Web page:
Yesterday, I read an article about a man in Essex County, Ernesto L. Gonzalez, Jr., age 41, who has been declared to be incompetent to stand trial. He is charged with certain offenses involving the disappearance of his 5-year-old son, Giovanni, who went to visit him one weekend back in 2008. He apparently confessed to murdering him but the authorities remain skeptical about his claim even though the son has been missing since then. His lawyer wants the case dismissed saying his client’s mental health will never improve which hardly seems a reason for not keeping the case open. I’d not like to see a quick recovery and Mr. Gonzalez returning to our streets. We’ve got enough like him already running around.
Yet it’s not that which intrigued me about the article. I was struck by the report that Gonzalez had a past history of torturing cats. It reminded me of case I prosecuted of a young man from Braintree who also had a similar past history of killing cats and stuffing them in mail boxes. He murdered a young woman, Julie, in a park near his house and carried her back behind his house and tried to hide her body by covering it with leaves. After a trial before Judge Roger Donahue he was found guilty of second degree murder and he, like Gonzalez, ended up confined to a secure mental hospital.
I wondered whether there is a link between a boy or young man’s torturing and killing of cats to the eventual torturing and killing of people; or, at least to that person’s final denouement in a mental hospital. I also asked myself if there was any evidence that Whitey engaged in this sadistic behavior.
I do know, from personal experience, that Whitey was a bully. This is because I grew up in the Old Harbor Village when he lived there. We kids knew enough from the neighbor scuttlebutt it was best to scatter when Whitey was about. Why? Looking back over those many years I cannot remember exactly why it was we feared him but it surely wasn’t because we though he’d be buying us an ice cream cone because our ancestors came from Ireland.
Speaking of Old Harbor Village, did you know that it had the lowest juvenile delinquency rate in the City of Boston even with Whitey living among us. Check out what was said about it in the book From the Puritans to Projects. I’d suggest that Whitey or any of us who grew up in the projects at that time encountered a totally different world than those who live there today. Whitey can’t pin his dastardly life on any of his experiences there.
Plus, when you see Old Harbor Village is located next to a huge open park as large as the Boston Common and beyond that a fabulous inner-city beach, you can see that the opportunity to live there back then was something sought after by many.
You’d never know that reading about Whitey’s life as told by others. You would if you read what Billy Bulger who grew up there had to say about it. As I’ve pointed out that’s the trouble with people writing about things that they have not experienced. They take their present understanding and seem to think it applies equally to things of the past.
Those outsiders who profess to know what it was like to be inside are called strangers. They are often duped by the seanchaí who live among us; believing the fables of that person as evidence of the truth. Which has led them to believe there was some friendly interactions between Whitey and people 11 years younger.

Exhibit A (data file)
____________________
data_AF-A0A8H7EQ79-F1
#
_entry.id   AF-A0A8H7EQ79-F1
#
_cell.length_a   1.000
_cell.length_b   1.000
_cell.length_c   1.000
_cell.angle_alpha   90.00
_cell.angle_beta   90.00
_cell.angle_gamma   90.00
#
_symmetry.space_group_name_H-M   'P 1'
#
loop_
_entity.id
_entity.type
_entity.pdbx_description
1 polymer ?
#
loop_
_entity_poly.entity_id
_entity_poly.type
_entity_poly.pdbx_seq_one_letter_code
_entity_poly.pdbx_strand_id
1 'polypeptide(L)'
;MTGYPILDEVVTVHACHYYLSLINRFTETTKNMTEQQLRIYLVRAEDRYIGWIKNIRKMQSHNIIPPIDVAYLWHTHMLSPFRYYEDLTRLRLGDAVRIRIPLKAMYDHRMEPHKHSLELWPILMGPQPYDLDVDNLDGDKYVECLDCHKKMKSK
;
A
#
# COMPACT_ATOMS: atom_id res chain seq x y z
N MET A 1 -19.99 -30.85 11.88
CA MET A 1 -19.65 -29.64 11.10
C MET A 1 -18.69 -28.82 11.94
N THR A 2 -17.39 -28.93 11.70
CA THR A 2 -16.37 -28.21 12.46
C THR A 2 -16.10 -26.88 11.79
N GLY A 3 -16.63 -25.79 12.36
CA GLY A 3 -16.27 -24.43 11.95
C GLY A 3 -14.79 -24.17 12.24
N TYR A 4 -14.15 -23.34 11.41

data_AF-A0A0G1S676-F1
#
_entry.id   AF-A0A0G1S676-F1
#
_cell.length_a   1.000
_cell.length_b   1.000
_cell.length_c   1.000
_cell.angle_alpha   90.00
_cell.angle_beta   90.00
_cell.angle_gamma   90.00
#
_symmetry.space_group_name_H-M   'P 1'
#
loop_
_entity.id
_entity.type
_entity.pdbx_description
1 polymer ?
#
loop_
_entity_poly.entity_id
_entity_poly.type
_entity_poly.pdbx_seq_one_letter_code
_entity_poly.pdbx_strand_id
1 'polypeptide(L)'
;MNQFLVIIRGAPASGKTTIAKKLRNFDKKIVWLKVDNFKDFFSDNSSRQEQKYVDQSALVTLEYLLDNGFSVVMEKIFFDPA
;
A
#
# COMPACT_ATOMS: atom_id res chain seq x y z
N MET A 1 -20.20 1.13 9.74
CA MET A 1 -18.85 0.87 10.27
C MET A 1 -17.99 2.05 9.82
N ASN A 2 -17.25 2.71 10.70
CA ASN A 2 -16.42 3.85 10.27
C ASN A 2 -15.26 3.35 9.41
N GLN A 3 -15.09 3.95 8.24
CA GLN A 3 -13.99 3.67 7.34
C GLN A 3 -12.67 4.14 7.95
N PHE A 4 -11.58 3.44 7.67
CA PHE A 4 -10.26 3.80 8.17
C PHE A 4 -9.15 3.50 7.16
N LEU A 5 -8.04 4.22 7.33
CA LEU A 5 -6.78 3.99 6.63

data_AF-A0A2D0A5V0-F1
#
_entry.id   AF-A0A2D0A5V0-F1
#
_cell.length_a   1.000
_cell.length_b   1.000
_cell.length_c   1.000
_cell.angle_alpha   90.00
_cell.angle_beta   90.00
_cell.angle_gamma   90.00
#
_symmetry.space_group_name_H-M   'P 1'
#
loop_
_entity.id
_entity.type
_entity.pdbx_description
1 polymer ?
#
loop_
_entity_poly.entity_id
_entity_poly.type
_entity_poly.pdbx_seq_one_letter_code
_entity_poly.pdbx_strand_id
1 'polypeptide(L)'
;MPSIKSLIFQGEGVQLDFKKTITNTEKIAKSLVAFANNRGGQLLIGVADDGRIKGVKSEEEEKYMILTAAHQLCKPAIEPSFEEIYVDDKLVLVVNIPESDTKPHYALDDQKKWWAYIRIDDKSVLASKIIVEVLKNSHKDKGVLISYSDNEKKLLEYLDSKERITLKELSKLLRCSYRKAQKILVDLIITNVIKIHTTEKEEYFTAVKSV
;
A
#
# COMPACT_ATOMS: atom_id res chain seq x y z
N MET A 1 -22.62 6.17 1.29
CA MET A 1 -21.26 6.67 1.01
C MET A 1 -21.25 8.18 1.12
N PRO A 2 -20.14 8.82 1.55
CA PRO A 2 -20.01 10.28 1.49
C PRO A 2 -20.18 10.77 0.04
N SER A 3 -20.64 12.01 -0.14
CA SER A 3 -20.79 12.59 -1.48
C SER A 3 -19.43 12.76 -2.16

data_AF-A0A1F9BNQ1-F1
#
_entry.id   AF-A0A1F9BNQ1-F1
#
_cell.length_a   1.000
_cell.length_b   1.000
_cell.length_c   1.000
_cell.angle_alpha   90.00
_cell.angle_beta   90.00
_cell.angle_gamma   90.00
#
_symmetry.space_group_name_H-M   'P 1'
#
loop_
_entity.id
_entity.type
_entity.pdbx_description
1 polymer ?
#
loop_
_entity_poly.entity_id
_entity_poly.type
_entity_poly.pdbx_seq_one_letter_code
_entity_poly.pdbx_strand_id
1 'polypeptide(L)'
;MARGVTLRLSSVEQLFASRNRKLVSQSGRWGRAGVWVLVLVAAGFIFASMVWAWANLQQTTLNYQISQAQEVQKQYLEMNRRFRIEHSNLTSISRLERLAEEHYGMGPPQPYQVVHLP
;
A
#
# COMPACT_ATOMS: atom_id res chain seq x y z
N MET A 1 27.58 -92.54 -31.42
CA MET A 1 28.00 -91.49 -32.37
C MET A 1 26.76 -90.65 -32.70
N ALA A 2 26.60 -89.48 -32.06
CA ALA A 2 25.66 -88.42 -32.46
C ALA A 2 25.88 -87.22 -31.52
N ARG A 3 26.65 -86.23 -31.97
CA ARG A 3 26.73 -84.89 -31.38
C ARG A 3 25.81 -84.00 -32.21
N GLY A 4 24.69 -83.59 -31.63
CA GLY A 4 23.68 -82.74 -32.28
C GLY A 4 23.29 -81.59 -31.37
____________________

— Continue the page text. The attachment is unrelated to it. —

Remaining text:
But I digress, back to cats. Here’s something I found that you can mull over:
“When a cat left footprints on Randy Roth’s newly waxed car, he caught the cat and bound it to the driveshaft of its owner’s car with duct tape. When the car was started, the cat was quickly dismembered, its screams muffled by the sounds of the engine. Roth later murdered his wife by drowning her near Bellevue, WA.
Richard Davis reportedly set fire to cats and used dogs for target practice as a child. He was convicted of murdering 12-year-old Polly Klaas after kidnapping her from her Petaluma, CA home.
Jeffrey Dahmer had an early fascination with dismembering animals. He tortured and cannibalized 11 people.
David Berkowitz shot his neighbor’s dog. He confessed to six murders as the Son of Sam.
Albert DeSalvo put dogs and cats in crates and then shot them with arrows. We know him better as the Boston Strangler.
Luke Woodham… “Kip” Kinkel… Eric Smith…. Russell Weston Jr… Andrew Golden and Mitchell Johnson …the list goes on and on. When and asked how many serial killers had a history of abusing animals, FBI Special Agent Alan Bradley answered, “The real question should be, how many have not?””
This got me thinking that with the list of people who are alleged to be serial killers (or as some prefer to call them a multiple murderers (MUMUs)) we’ve encountered in this saga it’s surprising we have any cats left in Boston.
Do you know, and I’d guess this is a record of sorts even excluding the Mafia, that Boston had during the days of Whitey more people who may have been MUMUs per capita than any place else in the universe. Along with Whitey we had the following government witnesses: Martorano (Murderman), Flemmi (Benji Ditchman), Salemme, and Weeks; as well as Nee, Sperrazza, Winter, McDonald, Sims. From all that was alleged and brought out in the testimony at the trial, these men participated in multiple murders. And, I’m not including those who murdered others during the 1960s such as Buddy McLean, Bucky Barrett and Spike O’Toole who ended up being murdered themselves.
It would be interesting to know how many of our local boys had a hostile relationship with cats. I would note that in Whitey’s apartment the cops found this: “A glossy blue book called “Cats Up Close,” propped open on the TV stand.” I wonder if that is any sort of a clue?